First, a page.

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imperialism & war

Letter to the Murdered Archbishop Oscar Romero

Jon Sobrino, liberation theologian in El Salvador, writes a letter to his murdered archbishop every year to keep alive his memory and passion. "The poor no longer know how to stay afloat. Many doors were closed to them and many promises broken.. Injustice, lies, corruption and structural egoism are in the air we must breathe today.. We ask you, monsignor, for the miracle to see reality as it is. What hasn't changed is the urgency of prophetic accusation."
Letter to the Murdered Archbishop Oscar Arnulfo Romero

By Jon Sobrino, S.J.

[San Romero de America. The former archbishop of San Salvador Don Oscar Arnulfo Romero is still remembered. Jon Sobrino, Salvadorian Jesuit and liberation theologian, writes a letter to his former bishop every year on March 24, the anniversary of his murder. What a marvelous idea to keep alive the remembrance and explosiveness of Romero's life for our current situation! This letter originally published in: Befreiung und Theologie, ila256 is translated from the German on the World Wide Web,
 http://www.ila-bonn.de/artikel/256briefromero.htm.]

Querido Monsignor, unscrupulous prophets of salvation want to silence you this year and bury you once and for all. They bring "good news" from the North and promise an upswing although they don't speak of mercy, justice and truth. The date has had a hard time this year. March 24 is not a day like other days but a symbol for the Salvadorian people, for all the poor in the world and all men and women of good will. On this day, the president of the United States comes to our country. His name is not important but what the governments of the US have done with our land and with the poor of this world.should be recalled, recently in Afghanistan, one of the three poorest countries of the earth. September 11 was certainly dreadful but the reaction was cruel and unjust. In three months, they dropped 12,000 tons of bombs and spent $30 million daily for the war.

You know very exactly what they do here among us monsignor. You wrote the president at that time: "We have enough of bullets and weapons. We hunger for justice, for adequate food, for a good educational system and effective development projects based on equal rights." A million dollars is transferred daily to a cruel and criminal army. You knew that, monsignor. March 24 joined together what God would never bring together: serving people and arrogance of power, truth and deceit, charity and cruelty, giving life and robbing life. Even while they give many explanations, they defile your day.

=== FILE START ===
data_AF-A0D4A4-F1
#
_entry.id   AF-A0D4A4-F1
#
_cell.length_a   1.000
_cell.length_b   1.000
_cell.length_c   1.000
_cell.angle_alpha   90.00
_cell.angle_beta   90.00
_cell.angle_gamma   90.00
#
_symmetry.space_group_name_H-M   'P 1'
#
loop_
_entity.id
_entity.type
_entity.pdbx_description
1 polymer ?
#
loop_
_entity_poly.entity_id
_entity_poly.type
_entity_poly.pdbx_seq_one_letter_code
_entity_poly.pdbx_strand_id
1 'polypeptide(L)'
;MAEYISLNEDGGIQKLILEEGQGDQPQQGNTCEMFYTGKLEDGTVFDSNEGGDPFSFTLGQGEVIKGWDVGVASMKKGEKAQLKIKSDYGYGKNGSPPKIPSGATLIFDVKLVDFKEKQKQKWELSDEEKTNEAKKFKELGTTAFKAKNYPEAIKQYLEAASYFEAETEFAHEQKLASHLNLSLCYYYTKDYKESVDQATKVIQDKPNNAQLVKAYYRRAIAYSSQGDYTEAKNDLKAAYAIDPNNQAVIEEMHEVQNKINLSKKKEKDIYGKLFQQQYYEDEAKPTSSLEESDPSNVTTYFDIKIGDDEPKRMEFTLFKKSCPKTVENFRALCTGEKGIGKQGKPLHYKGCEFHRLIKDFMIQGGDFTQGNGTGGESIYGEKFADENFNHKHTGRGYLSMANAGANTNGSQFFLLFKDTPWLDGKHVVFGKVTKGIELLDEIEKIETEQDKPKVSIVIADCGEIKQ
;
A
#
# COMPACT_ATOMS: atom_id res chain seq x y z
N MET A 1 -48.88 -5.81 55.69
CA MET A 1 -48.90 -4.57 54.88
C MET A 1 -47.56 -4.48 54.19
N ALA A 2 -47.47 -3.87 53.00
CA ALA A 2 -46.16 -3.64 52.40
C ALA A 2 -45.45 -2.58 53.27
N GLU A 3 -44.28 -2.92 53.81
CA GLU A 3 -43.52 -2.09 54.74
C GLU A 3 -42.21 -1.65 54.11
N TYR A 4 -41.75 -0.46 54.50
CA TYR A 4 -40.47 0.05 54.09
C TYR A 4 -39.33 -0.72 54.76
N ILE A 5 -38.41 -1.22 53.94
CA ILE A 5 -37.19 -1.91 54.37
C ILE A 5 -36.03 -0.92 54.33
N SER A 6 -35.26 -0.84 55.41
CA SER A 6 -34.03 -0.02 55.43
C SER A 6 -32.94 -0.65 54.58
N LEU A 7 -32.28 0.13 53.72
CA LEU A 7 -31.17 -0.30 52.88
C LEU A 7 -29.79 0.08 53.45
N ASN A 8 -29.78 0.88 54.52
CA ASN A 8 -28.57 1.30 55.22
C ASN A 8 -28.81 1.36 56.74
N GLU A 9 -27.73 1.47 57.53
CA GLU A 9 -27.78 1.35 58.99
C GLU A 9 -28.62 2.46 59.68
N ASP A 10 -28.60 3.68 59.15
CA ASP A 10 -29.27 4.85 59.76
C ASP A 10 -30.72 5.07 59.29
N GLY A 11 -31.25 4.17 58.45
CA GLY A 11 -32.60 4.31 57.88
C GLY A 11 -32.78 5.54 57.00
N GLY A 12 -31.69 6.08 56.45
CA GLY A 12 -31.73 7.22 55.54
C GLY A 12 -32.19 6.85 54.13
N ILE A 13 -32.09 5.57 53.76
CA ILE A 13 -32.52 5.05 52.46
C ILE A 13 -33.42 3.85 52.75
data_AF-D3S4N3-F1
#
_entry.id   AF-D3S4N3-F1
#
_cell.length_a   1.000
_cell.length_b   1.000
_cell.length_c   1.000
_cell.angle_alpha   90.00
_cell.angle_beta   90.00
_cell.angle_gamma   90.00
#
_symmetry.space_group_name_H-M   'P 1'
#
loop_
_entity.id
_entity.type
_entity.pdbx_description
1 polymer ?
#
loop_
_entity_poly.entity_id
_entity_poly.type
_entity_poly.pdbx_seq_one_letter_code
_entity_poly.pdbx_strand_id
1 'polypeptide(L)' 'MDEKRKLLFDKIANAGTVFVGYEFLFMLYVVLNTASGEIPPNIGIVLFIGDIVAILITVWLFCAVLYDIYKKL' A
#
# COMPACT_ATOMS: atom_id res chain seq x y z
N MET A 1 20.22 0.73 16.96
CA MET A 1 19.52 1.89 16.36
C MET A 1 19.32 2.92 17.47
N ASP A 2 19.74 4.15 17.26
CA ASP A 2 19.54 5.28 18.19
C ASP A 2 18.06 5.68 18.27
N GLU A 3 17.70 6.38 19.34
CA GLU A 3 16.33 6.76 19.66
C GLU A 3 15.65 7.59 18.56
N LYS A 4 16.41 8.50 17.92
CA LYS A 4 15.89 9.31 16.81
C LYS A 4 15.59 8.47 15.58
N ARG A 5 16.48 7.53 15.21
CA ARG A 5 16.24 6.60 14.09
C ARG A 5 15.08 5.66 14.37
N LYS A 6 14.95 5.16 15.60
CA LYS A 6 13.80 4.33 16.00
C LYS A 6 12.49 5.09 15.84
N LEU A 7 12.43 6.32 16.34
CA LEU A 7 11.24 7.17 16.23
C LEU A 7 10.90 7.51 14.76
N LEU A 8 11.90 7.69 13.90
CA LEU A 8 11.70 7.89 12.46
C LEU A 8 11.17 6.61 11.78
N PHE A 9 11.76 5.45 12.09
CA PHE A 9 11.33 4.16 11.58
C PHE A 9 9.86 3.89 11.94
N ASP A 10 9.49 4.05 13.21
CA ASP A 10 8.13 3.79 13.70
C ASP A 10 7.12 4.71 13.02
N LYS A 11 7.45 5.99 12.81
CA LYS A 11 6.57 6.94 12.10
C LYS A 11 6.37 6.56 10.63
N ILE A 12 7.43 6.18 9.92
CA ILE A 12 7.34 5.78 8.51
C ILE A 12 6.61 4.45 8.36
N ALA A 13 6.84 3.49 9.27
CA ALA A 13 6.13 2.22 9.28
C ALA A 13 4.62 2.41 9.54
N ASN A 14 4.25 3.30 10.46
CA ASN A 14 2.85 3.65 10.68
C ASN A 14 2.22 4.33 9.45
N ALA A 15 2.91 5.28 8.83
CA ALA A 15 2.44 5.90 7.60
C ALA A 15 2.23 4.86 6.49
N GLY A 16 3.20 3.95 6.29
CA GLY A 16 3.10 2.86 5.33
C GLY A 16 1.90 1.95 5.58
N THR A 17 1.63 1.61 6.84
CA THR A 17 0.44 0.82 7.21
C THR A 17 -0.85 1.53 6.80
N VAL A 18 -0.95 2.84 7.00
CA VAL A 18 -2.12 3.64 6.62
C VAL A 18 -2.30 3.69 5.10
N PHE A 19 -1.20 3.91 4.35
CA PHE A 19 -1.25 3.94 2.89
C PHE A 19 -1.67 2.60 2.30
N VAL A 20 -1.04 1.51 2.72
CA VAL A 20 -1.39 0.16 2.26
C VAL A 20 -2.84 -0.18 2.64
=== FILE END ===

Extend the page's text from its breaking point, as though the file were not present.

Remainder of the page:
Therefore we ask you for a great miracle, that our neighbor in the North may be converted and stop being an oppressive empire greedy of power, accept differentials or gradients and be a member of humanity's family like everyone else. Our second petition is that we here in El Salvador facing immense problems do not burn out in ourselves but with our smallness open ourselves to solidarity with the women and men in Afghanistan and to everyone suffering in the world, above all in Africa. On the subject of miracle, the poor, your poor, have a perfect right to demand a miracle from you because they no longer know how to stay afloat. Many doors were closed to them and many promises broken. Often they stand idle with empty hands and must leave the country. Injustice, lies, corruption and structural egoism is the air we must breathe today.

What about your church? There is much good in your church, monsignor. Posters, paintings, music, statutes, plazas and books - all to your honor - are found in the villages and suburbs, schools and rectories. The people do things to honor you. However the church lacks your defense of the poor, your prophecy, your mercy and your hunger and thirst for justice. "Things have changed", we hear again.

The war has ended. Has injustice ended? That is still the crucial question. You said: "I deplore above all the absolutizing of wealth. Absolutizing wealth is the great evil in El Salvador." Has this changed? Has the egoism changed that rules our country and divides our population in the few who can afford every luxury and the many who must endure all misery? Has the egoism changed that dominates politics and the financial world? We ask you, monsignor, for the miracle to see reality as it is. What has not changed is the urgency of the prophetic accusation by the church of Jesus. Our stomachs groan in seeing the oppressed people. Monsignor, where is "the voice of those who have no voice"? Where are those "who rejoice that the church is persecuted because it is prophetic and proclaims a better world"? Finding prophetic witness is not easy. For many today as in the past, this witness does not exist. You were one of those witnesses, monsignor. The suffering of the poor grieved your heart. No one and nothing could relativize that suffering. "Nothing is more important than the life of people, above all the life of the poor and oppressed."

I'd like to conclude with your own words: "In the name of God and in the name of this suffering people whose cry reaches heaven, may the injustice and lies stop, may the mocking behavior and the corruption stop, may the poverty and exclusion stop, may the lust for power and disrespectfulness stop."

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